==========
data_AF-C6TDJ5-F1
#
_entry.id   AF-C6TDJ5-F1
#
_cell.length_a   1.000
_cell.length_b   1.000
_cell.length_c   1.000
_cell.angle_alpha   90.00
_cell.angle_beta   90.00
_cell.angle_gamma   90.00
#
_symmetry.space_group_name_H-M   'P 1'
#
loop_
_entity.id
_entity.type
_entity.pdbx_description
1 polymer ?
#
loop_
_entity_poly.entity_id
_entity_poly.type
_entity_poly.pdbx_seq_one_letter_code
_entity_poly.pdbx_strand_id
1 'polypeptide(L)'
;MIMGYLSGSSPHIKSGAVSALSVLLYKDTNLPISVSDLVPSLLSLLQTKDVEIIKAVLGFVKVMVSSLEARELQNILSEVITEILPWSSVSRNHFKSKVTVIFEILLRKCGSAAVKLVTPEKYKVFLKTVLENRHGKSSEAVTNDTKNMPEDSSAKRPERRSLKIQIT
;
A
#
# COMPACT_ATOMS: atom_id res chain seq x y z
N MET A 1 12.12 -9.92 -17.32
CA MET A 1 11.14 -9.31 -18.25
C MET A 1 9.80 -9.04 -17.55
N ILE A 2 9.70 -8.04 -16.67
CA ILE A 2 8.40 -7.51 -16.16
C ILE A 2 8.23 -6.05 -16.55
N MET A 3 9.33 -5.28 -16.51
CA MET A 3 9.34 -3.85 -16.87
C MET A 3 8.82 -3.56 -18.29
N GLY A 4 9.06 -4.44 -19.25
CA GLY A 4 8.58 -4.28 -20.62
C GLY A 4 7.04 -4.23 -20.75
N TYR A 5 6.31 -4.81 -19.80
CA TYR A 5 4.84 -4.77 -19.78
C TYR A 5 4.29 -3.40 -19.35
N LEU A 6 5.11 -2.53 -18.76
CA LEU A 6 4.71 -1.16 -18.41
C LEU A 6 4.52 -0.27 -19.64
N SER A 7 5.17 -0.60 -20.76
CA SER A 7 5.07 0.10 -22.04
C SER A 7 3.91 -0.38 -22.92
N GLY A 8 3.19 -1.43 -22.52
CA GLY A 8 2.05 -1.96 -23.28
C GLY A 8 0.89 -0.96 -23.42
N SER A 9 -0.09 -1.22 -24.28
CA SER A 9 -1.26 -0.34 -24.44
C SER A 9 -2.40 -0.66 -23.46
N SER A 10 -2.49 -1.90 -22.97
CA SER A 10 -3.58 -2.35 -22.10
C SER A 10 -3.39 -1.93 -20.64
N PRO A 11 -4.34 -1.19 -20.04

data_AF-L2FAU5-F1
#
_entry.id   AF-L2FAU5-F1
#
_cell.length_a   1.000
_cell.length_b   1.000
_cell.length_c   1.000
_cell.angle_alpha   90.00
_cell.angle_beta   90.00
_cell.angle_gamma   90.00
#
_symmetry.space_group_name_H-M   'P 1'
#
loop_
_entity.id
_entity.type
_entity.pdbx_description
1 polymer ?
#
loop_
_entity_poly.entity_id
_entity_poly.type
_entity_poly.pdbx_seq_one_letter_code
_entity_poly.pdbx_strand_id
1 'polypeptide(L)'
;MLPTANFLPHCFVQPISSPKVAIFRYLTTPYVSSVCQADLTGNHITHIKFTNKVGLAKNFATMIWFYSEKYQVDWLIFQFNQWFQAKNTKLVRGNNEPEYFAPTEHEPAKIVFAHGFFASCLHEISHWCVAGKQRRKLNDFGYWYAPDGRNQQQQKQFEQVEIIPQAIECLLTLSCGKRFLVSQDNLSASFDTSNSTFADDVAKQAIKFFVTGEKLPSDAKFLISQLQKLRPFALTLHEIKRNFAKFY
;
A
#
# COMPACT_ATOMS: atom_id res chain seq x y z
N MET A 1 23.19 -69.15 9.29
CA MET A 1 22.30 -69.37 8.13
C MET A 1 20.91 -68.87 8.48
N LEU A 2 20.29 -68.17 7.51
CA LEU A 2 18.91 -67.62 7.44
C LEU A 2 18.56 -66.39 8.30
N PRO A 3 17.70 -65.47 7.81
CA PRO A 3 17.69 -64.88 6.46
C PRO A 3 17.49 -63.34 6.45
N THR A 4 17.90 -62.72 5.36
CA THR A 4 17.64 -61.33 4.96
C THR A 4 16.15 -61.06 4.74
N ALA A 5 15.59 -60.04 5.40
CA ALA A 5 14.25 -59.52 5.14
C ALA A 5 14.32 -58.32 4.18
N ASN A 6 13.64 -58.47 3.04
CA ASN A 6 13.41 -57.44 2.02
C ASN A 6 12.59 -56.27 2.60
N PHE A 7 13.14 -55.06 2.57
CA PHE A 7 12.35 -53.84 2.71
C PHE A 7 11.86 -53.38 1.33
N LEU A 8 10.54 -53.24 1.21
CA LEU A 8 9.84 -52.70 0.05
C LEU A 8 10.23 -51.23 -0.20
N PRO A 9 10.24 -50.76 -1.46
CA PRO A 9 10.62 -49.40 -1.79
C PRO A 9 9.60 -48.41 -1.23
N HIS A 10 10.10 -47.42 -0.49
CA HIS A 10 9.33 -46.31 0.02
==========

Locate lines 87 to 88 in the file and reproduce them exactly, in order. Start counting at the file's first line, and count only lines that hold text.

;MLPTANFLPHCFVQPISSPKVAIFRYLTTPYVSSVCQADLTGNHITHIKFTNKVGLAKNFATMIWFYSEKYQVDWLIFQFNQWFQAKNTKLVRGNNEPEYFAPTEHEPAKIVFAHGFFASCLHEISHWCVAGKQRRKLNDFGYWYAPDGRNQQQQKQFEQVEIIPQAIECLLTLSCGKRFLVSQDNLSASFDTSNSTFADDVAKQAIKFFVTGEKLPSDAKFLISQLQKLRPFALTLHEIKRNFAKFY
;